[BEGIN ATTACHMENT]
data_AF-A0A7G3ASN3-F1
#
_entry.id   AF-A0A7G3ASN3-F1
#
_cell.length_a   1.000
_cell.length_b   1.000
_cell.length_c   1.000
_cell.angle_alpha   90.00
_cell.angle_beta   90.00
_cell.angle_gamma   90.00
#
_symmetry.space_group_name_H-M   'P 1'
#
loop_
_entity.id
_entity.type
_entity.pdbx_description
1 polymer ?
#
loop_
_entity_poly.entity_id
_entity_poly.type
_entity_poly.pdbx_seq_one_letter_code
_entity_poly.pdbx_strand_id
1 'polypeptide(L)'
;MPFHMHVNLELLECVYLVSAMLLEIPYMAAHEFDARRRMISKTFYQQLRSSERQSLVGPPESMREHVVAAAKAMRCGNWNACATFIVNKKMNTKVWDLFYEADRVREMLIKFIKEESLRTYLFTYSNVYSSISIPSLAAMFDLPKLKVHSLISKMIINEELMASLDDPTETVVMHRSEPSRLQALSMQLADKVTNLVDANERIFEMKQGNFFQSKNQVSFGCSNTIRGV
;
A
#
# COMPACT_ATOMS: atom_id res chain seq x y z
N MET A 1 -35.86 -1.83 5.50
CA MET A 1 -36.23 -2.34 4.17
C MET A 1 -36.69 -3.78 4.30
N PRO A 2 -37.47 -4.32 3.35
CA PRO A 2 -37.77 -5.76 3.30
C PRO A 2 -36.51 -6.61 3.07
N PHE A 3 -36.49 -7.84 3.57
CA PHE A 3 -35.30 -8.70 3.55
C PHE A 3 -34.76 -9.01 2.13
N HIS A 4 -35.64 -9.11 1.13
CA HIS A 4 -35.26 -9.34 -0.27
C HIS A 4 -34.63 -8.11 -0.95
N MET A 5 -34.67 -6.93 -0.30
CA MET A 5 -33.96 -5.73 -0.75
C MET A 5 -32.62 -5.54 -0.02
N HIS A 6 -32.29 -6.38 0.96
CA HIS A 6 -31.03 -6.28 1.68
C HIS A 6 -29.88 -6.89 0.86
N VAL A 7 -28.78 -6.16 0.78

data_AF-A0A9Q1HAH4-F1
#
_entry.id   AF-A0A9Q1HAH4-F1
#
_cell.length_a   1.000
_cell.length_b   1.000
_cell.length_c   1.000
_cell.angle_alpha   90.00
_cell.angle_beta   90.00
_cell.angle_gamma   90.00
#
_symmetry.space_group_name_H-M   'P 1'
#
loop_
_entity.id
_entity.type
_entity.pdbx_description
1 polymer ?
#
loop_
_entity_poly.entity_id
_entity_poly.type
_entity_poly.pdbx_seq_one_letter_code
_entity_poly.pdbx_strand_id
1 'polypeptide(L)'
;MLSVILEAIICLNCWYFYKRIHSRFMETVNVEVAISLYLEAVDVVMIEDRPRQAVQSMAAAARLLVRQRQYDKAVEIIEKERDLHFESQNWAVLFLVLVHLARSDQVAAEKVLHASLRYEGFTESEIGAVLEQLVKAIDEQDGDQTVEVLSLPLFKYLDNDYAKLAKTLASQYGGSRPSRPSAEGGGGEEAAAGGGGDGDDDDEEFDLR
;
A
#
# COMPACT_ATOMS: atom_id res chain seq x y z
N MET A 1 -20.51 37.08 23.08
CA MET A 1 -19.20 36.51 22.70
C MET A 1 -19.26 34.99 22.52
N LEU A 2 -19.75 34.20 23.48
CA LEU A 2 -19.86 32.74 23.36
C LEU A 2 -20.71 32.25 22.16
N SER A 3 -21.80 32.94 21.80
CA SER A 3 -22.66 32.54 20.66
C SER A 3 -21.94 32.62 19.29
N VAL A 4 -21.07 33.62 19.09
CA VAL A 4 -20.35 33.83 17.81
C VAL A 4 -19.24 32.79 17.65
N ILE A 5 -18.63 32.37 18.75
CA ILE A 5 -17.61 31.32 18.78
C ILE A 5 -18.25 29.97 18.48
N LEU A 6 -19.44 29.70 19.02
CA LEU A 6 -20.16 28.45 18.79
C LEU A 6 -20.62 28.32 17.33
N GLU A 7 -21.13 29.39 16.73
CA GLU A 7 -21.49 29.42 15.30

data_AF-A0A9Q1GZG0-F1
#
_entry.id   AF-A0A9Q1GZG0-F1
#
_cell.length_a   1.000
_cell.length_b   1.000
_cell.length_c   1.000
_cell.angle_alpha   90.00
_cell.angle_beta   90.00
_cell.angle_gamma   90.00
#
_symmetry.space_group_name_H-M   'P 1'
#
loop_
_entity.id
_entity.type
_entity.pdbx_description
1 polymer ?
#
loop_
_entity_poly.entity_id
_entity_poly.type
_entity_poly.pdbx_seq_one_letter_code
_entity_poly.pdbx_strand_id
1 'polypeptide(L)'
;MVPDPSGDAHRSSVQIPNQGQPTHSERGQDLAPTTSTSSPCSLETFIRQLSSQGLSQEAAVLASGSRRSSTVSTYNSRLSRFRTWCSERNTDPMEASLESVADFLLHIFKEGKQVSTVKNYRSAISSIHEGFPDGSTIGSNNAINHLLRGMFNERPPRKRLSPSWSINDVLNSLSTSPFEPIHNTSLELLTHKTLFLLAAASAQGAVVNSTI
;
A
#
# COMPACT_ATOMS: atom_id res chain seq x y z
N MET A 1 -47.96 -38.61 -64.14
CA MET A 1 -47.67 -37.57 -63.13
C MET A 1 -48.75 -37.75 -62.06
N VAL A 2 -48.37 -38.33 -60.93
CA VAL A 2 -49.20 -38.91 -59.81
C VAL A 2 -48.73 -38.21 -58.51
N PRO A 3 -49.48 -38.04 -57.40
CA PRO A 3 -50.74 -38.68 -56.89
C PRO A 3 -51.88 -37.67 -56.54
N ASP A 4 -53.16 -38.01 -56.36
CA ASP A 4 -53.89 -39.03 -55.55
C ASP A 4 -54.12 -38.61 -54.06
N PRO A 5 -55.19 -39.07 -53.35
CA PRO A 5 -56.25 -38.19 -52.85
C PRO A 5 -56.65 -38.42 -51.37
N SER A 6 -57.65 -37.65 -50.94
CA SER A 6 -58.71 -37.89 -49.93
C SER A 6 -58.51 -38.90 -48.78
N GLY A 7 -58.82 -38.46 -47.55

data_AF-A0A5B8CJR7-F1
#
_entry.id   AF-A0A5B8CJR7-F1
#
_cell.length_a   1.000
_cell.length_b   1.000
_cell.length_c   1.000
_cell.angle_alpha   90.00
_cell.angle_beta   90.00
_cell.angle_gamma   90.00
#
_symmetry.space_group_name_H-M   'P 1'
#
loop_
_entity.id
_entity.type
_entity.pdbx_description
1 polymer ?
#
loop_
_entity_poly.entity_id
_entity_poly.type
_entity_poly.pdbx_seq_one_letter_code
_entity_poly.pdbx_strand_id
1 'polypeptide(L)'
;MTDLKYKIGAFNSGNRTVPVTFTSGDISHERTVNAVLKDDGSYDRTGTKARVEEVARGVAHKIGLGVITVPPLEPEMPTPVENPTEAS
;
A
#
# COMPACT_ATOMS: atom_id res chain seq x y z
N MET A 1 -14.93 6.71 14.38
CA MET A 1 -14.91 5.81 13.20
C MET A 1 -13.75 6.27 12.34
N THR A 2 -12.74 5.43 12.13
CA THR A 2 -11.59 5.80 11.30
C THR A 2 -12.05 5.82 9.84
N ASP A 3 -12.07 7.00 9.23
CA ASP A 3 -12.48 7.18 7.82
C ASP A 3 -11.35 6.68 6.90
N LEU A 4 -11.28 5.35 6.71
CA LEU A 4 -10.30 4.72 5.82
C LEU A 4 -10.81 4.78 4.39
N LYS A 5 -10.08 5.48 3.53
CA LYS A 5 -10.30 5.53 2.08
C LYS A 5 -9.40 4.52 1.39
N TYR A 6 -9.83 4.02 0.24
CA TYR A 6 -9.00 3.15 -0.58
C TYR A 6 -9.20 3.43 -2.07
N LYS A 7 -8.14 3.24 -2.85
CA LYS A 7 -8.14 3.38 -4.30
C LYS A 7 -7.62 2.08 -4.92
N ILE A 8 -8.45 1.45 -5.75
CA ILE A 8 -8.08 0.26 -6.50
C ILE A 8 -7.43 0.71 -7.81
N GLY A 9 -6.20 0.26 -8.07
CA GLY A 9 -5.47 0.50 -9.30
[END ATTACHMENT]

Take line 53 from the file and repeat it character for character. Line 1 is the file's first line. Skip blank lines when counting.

#